Thursday, 14 April 2011

The King of Nab Hill (a stanza stones poem)

'Every time I think that I'm getting old,
and gradually going to the grave,
something else happens'
(Elvis Presley)

There being a limit to the places
a supposed-to-be dead King of rock and roll
can visit, the grey-squirrel quiffed old man
slows the conspicuous pink caddie
to a purr by the beckoning stile.

A fumble of arthritic fingers
and walking frame, shades donned, trademark point
salute delivered to the aged stranger
in the wing mirror and the obscure
mission can commence its shuffling passage.

A laboured groping and the stile
(his latest groupie) is straddled, conquered,
blue suedes settle on the soft sponge of peet.
Immigrant at the threshold of green dusk
looks up, past the grass twitching with laughter,

to the crest sprinkled with turbines - sentinels
perpetually rolling their white, blind eyes.
A struggle up the brittle bracken, left hand
shaking, pelvis no longer under control,
greens and browns underfoot in cataract

permutation - an unreadable hieroglyph.
The journey seems as long as a Vegas bar tab
but the crown welcomes with the adulation
of a crowd of curlews. Wind pushes
with the virulence of an ex-wife
falsifying his hair into a fin.

Pulled deeper into the stiff rhinestoned collar
a shimmy stuttered to the shelter
of a half –fallen cairn, the weary frame
is lowered onto the sun-bleached lychen.
Hunger is found in the empty pupil

of a lone sheep, for this figure who charmed
everything except the vast nocturnal.
No longer a king, a prince, or a knave
but a child blinking myopically into
the emptiness of wild sounds
from the limitless hilltop.

5 comments:

Anonymous said...

Thanks Steve for posting this great poem. Love the Elvis imagery! We're really excited to see 'Stanza Stones' poets blogging.

Rachel Feldberg, Director Ilkley Literature Festival

steven.nash82 said...

Thanks so much for the kind words, and plug on the festival site Rachel.

It's a lovely thing to be a part of.

I hope you're well

Steve

David Hazell said...

It is simply outrageous to deface the natural landscape in the name of art.

Megalithix said...

Whilst the Ilkley Literature Festival is always to be commended as a fine event indeed, this Stanza Stones extension of the ILF is little short of vandalism in the name of art - pure and simple. Carving on rocks on the hills is vandalism by definition. Just because some lad called Simon has his name linked to it does not alter the nature of the graffiti. Many love 'MUFC' (many more than Simon's poems), but if that's etched onto the rocks it is rightly condemned as vandalism. And this Stanza Stones project is no different. It will encourage others with the same limited intellectual capacity as its organizers to daub more of their own graffiti on other stones, showing they care not one jot for the consequence of their actions. For the project to have more respect, it would ensure that these carved stones were placed in parks or elsewhere in the town, using common sense. But it would seem that those who've concocted this 'vandalism in the name of art', not only care little about the ecology of our hills, but need treating for myopia. Simon Armitage, Rachel Feldberg, Tom Lonsdale and Pip Hall should be arrested if they carve rocks on our hills. They are vandals, not artists.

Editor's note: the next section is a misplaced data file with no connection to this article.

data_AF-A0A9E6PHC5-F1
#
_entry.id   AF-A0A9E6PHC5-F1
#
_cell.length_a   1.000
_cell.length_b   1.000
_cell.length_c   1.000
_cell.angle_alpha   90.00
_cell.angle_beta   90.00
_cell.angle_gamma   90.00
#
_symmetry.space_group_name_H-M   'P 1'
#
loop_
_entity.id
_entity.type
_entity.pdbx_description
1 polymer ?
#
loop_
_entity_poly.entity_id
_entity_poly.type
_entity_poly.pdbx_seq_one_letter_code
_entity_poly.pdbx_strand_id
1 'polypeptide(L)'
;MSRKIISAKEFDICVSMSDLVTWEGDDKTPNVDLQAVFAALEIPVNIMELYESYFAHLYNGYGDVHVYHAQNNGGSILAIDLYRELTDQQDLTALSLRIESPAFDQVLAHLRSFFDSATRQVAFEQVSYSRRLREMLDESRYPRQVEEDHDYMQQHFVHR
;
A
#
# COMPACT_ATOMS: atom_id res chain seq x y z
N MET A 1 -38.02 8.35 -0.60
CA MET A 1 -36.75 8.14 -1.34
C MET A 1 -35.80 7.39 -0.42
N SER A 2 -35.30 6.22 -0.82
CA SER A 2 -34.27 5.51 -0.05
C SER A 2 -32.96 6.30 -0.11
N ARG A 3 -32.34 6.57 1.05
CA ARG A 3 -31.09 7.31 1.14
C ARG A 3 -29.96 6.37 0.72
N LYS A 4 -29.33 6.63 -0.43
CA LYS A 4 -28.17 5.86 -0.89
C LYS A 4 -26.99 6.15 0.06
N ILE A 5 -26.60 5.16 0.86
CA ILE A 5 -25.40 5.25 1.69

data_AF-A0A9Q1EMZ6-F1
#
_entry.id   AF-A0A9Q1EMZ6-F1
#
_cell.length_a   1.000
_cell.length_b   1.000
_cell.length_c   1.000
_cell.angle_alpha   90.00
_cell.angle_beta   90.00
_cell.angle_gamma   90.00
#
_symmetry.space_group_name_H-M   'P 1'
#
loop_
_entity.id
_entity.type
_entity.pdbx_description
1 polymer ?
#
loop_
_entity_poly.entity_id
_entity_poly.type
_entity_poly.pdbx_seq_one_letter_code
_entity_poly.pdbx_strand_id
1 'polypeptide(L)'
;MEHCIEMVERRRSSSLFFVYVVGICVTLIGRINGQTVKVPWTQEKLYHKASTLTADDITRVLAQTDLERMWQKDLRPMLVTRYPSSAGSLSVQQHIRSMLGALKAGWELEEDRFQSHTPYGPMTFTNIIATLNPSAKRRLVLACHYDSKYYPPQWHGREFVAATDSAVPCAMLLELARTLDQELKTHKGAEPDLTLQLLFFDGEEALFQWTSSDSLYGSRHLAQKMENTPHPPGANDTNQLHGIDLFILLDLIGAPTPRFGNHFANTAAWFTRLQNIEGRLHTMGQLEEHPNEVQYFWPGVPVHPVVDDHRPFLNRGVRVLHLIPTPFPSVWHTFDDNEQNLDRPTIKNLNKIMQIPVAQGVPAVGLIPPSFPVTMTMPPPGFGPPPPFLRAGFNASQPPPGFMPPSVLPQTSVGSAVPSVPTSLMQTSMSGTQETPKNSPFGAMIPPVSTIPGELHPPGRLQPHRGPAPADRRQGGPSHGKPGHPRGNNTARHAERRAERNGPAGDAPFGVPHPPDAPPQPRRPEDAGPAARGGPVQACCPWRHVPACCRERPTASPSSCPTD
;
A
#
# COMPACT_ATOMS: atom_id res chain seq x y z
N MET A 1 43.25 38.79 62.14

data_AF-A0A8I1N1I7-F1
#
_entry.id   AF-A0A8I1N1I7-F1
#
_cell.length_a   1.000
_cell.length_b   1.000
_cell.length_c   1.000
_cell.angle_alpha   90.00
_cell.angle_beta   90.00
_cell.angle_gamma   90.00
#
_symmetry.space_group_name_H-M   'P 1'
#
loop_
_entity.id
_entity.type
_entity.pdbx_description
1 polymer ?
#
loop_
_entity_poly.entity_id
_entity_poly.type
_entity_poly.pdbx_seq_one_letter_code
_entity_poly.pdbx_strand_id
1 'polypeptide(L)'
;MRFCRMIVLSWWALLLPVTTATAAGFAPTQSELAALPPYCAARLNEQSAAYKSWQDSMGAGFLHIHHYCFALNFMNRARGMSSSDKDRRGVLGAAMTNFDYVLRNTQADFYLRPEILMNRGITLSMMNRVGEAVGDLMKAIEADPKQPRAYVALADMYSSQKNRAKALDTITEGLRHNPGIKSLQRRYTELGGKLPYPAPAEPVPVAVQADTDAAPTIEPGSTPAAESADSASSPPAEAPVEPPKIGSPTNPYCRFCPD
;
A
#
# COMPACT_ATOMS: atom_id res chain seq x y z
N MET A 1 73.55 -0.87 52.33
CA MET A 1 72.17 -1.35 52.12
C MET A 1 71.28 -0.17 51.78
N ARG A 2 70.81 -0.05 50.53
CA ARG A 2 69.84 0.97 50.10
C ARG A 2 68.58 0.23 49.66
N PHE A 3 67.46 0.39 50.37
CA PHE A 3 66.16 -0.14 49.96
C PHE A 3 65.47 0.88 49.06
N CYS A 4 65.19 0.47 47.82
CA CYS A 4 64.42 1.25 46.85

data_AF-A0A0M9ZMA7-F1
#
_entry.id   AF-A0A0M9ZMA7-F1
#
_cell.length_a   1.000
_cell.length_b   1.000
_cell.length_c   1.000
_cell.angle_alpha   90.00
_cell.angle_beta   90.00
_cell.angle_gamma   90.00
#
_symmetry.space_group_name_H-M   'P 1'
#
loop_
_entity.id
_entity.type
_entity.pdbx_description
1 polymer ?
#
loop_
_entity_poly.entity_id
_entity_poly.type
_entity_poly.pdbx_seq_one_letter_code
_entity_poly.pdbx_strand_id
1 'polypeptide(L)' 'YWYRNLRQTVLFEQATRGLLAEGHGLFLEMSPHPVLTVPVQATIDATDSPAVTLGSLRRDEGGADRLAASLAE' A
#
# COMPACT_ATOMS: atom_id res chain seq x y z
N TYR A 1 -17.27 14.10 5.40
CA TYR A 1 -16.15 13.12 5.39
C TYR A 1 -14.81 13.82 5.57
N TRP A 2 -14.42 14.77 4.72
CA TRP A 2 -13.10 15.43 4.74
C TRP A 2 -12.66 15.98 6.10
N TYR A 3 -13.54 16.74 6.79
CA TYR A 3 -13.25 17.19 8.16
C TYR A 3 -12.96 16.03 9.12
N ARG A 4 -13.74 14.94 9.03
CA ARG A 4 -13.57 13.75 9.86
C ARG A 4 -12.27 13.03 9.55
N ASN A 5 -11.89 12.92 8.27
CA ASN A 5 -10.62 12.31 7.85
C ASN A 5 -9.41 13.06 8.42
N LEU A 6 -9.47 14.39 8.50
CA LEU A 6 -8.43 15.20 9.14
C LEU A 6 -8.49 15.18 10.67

Amy Christmas said...

van·dal·ism
noun \ˈvan-də-ˌli-zəm\

: willful or malicious destruction or defacement of public or private property

I suppose that point one here is the aligning of poetic engraving as 'destruction' or 'defacement', or indeed 'malicious', though I'd agree with willful, for sure. And then, of course, the second issue of property. Can we consider the moorland landscape as someone's property? Who does that landscape belong to? I prefer the idea that for those of us born with it - living with it, writing it - we belong to the landscape.

Of course, there are people who cannot see the beauty in a series of poems-to-be-discovered lacing the wilderness. Art ought to stay in the galleries, for god's sake! And poetry in the poetry books, in the university libraries, but on the highest shelves, right in the back, under as much dust as befits it... what place does it have elsewhere? How could poetry exist away from poets, as mere words engraved painstakingly into rocks one might stumble across by accident, with no explanation a hundred years from now, no prior warning?

Celebratory poetry written on unexpected rocks in unusual locations: just like the 'MUFC' tags and cartoon penises on city centre concrete; just like that Banksy bloke; just like the East Side Gallery in Berlin; just like the paintings at Lascaux - so many caves senselessly ruined!

Our landscape ought to remain natural, surely? We're barely at ease with the chalk horses and Stonehenges and Druid souvenirs... don't make us deal with chiselling poets on top of all that. Our appreciation of man's mark on nature will just about extend to crudely-drawn imagery from the Bronze or Victorian Ages; globular swastikas and 'cunt stones' will most appeal to our 'limited intellectual capacity.'

Just don't ask us to understand poetry.